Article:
At least 4,815 children were sexually abused by members of the Portuguese Catholic Church - mostly priests - over the past 70 years, a commission investigating the issue said in its final report on Monday (February 13).
Most of the perpetrators - 77% - were priests and most of the victims were men, head of the commission, child psychiatrist Pedro Strecht said, adding that they were abused in Catholic schools, priests' homes, confessionals, among other locations.
Jose Ornelas, head of the Bishops' Conference, attended the final report's presentation and will react to it later on Monday. The Church has previously said it was prepared to "take appropriate measures."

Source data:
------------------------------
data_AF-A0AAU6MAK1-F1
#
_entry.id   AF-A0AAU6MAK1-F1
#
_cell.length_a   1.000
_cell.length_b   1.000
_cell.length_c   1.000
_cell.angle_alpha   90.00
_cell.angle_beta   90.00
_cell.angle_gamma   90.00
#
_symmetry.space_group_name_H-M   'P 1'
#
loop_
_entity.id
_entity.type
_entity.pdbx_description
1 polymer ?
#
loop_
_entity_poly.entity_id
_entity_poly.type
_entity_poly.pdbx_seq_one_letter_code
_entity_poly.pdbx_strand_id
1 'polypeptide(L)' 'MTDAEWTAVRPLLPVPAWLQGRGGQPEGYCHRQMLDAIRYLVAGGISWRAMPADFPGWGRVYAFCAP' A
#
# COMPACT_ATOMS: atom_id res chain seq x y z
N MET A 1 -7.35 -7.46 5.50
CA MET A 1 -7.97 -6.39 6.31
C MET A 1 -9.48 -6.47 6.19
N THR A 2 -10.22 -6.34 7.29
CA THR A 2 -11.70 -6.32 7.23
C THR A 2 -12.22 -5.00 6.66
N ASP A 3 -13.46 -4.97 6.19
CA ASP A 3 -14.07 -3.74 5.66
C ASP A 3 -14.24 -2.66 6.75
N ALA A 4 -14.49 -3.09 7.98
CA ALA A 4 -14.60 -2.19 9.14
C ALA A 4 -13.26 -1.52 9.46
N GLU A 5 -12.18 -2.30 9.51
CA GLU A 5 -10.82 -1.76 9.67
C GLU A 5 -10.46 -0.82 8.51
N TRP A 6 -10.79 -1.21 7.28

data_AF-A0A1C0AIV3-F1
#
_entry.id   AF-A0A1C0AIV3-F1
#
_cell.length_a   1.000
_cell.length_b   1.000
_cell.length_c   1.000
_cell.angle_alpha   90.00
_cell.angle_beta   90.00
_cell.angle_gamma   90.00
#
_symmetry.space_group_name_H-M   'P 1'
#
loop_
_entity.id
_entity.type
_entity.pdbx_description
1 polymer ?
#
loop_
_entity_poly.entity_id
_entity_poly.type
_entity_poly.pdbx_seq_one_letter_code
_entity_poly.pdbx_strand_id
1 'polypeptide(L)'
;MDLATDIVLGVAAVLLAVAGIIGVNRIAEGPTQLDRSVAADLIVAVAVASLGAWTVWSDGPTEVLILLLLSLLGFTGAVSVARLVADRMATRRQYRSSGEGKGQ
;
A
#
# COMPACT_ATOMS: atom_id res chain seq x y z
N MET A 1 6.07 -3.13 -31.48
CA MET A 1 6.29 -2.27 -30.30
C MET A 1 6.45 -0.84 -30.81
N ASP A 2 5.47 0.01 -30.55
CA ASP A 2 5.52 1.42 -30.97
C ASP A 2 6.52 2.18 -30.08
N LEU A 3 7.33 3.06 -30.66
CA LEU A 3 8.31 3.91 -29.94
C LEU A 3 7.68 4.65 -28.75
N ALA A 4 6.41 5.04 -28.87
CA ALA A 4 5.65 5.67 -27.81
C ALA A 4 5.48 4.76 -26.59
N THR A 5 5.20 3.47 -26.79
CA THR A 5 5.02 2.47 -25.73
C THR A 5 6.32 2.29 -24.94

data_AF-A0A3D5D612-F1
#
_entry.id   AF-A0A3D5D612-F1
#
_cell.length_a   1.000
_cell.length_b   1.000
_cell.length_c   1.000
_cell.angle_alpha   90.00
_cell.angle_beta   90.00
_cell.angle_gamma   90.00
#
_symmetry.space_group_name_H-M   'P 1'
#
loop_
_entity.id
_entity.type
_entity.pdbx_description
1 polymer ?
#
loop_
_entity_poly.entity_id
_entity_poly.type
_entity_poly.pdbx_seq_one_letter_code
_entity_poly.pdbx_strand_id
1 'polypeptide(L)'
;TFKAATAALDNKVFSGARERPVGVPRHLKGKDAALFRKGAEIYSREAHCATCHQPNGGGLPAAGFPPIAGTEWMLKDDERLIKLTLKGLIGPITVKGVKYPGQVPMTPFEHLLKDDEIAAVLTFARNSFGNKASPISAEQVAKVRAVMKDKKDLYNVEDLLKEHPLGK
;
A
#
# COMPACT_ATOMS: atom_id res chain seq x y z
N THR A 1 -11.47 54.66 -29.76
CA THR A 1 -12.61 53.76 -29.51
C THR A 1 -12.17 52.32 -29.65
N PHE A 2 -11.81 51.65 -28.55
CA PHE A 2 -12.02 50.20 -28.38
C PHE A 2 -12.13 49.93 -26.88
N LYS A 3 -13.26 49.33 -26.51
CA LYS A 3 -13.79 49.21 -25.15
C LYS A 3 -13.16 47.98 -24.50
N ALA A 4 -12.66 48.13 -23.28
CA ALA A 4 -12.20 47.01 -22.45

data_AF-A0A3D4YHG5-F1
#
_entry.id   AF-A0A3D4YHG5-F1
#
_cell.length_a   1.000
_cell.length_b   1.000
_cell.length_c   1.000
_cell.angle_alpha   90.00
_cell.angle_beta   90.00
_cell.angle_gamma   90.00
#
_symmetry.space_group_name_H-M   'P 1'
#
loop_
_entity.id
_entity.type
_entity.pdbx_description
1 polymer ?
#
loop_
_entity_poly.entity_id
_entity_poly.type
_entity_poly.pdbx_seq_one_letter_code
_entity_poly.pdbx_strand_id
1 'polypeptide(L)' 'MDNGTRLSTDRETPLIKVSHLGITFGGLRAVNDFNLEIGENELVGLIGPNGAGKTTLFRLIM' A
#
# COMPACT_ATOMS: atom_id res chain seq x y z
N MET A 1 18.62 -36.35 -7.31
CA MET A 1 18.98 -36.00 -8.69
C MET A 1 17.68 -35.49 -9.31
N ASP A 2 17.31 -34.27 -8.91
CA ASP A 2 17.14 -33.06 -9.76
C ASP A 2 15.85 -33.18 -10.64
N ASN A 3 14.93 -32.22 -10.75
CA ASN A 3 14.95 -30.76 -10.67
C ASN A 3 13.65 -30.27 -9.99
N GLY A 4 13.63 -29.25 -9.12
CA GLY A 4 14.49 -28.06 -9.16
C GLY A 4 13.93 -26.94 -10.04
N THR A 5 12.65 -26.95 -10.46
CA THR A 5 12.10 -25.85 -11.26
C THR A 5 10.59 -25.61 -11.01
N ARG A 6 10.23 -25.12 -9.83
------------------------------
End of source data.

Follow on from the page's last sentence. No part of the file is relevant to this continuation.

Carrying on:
The Portuguese commission started its work in January last year after a report in France revealed around 3,000 priests and religious officials sexually abused over 200,000 children.
The abuse allegations have come from people from various backgrounds, from every region of the country and also from Portuguese nationals living in other countries in Europe, Africa and the Americas.
The majority of the sexual abuses took place when the children were aged 10-14, with the youngest victim being just two-years-old.
The commission, which says it is independent, was financed by the Catholic Church. Asked by Reuters in December 2021 if that could be a threat to the commission's independence, Strecht said he would be the first to walk out and denounce if the church intervened in the process.
The Portuguese commission started its work in January 2022 after a report in France revealed around 3,000 priests and religious officials sexually abused over 200,000 children.